Jul 17, 2013 10:04 AM EDT By Vishakha Sonawane
A study by the University of Alabama journalism students and newspaper The Anniston Star reveals that parental demand for banning of certain books is inexplicable and sometimes reeks of bias and restricted worldview.
The research observed data of book challenge forms of past five year from 132 public schools in the state. Of these, nine reported challenges, 77 reported no challenges and 46 schools did not provide any information.
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It also found that the opposed books are moved to reference sections and students are allowed the access only if they have parental permission.
This has resulted in banning of the books such as 'The Diary of a Young Girl,' by Anne Frank, 'White Oleander' by Janet Fitch, 'Chronicles of Vladimir Tod' by Heather Brewer, 'And Tango Makes Three' by Justin Richardson and Peter Parnell.
According to Barbara Jones, director of the American Library Association's Office of Intellectual Freedom, only 20 percent of all book challenges are usually reported by librarians and school authorities out of fear of losing their jobs. "Transparency is important for democracy,' Jones told The Star. "Schools are no different. We need to know what's going on."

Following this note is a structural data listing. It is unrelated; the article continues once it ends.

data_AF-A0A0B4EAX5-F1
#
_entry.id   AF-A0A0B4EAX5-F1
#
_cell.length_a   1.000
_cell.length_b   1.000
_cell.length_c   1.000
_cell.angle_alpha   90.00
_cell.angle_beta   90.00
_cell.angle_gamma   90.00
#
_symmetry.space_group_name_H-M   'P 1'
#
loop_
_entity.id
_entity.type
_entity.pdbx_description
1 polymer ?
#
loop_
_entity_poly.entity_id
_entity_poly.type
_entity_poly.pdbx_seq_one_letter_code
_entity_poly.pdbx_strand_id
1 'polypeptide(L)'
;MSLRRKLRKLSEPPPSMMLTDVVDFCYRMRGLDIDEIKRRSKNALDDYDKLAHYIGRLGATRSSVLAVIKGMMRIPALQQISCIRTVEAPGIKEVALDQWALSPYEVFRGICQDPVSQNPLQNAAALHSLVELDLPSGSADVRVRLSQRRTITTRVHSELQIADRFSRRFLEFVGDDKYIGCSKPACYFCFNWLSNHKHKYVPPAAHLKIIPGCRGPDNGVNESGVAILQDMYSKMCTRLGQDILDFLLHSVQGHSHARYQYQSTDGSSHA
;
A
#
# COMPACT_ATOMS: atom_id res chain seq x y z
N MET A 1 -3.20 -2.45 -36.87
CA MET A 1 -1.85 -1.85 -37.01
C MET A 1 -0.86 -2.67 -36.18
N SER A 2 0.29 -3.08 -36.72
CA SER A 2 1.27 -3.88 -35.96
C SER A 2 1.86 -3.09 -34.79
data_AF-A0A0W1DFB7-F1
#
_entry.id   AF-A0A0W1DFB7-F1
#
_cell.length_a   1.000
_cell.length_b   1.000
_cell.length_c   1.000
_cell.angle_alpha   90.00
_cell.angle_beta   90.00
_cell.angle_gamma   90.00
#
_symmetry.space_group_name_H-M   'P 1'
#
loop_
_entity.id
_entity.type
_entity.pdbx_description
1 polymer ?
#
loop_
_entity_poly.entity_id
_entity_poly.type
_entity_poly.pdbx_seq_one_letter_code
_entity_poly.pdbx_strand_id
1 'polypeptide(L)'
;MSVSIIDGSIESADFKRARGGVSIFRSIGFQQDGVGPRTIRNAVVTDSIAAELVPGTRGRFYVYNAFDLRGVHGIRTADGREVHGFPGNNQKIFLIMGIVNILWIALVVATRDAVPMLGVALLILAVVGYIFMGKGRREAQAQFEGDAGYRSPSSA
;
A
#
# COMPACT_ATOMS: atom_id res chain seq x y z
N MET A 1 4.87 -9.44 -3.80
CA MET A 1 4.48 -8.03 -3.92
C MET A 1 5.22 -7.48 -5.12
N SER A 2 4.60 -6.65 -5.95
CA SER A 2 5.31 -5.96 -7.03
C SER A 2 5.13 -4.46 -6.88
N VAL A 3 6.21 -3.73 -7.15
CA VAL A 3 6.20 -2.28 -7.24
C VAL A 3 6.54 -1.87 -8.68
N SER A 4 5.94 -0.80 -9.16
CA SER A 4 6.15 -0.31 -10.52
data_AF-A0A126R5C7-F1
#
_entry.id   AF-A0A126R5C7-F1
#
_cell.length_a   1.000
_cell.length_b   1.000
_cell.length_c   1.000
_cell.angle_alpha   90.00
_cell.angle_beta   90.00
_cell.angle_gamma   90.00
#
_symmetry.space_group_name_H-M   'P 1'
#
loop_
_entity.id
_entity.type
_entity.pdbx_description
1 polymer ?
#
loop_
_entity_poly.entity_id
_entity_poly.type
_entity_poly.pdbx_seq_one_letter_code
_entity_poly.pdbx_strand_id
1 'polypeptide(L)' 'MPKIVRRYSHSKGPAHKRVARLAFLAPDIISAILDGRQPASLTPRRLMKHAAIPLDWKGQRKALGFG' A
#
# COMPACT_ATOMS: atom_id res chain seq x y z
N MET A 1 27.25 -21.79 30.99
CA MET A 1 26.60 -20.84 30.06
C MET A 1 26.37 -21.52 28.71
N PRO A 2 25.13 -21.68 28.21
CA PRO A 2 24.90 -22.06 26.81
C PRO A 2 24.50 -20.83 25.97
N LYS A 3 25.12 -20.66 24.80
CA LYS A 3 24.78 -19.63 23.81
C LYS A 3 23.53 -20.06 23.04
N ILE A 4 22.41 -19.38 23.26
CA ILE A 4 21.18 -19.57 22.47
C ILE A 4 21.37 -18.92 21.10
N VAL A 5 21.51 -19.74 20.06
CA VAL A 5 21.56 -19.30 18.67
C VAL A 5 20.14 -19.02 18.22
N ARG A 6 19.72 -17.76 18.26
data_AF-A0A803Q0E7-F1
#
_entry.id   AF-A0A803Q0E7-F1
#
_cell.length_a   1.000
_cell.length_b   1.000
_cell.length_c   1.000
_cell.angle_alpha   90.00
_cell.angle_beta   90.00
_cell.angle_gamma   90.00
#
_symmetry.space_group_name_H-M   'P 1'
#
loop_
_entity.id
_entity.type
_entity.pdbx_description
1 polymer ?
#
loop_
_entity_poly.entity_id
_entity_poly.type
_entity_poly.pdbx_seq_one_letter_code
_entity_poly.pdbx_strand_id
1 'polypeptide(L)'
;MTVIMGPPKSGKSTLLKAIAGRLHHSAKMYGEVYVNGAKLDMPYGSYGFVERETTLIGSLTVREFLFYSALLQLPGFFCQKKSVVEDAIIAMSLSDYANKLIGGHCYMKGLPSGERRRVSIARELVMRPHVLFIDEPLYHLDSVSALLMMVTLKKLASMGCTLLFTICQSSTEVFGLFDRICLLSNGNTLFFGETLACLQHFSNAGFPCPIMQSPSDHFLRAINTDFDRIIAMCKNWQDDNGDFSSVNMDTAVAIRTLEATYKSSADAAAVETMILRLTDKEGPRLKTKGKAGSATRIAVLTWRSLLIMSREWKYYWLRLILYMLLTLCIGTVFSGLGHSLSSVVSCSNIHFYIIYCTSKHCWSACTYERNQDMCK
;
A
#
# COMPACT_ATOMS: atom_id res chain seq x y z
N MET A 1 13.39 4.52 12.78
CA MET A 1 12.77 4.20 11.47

Parents give the silliest reason to ban the books, reported the Atlantic Wire. One parent of a Virginia school student said that 'The Diary of a Young Girl" had "sexual content and homosexual themes" and it deserved to be banned.
For Janet Fitch's novel, an Alpine parent said that the book contained too much sexual content and foul language. Another book that found its way to the reference section was Sheila Kitzinger's 'Complete Book of Pregnancy and Childbirth.' According to the parents the book showed "explicit drawings of how to make love while pregnant" and "pornographic pictures that should not be viewed by children, " reports the Atlantic Wire.
The school authorities restricted access to the book .But, the authorities agreed that the book actually contained useful information for childbirth.
However, these are not the only instances where parents demanded a ban on books. In 2010, a California school banned the 10th edition of the Merriam-Webster dictionary just because it added explanation of the word 'oral sex.'
Daily Mail reported that from 1990 to 2000, around 6,364 challenges were reported to or recorded by the Office for Intellectual Freedom.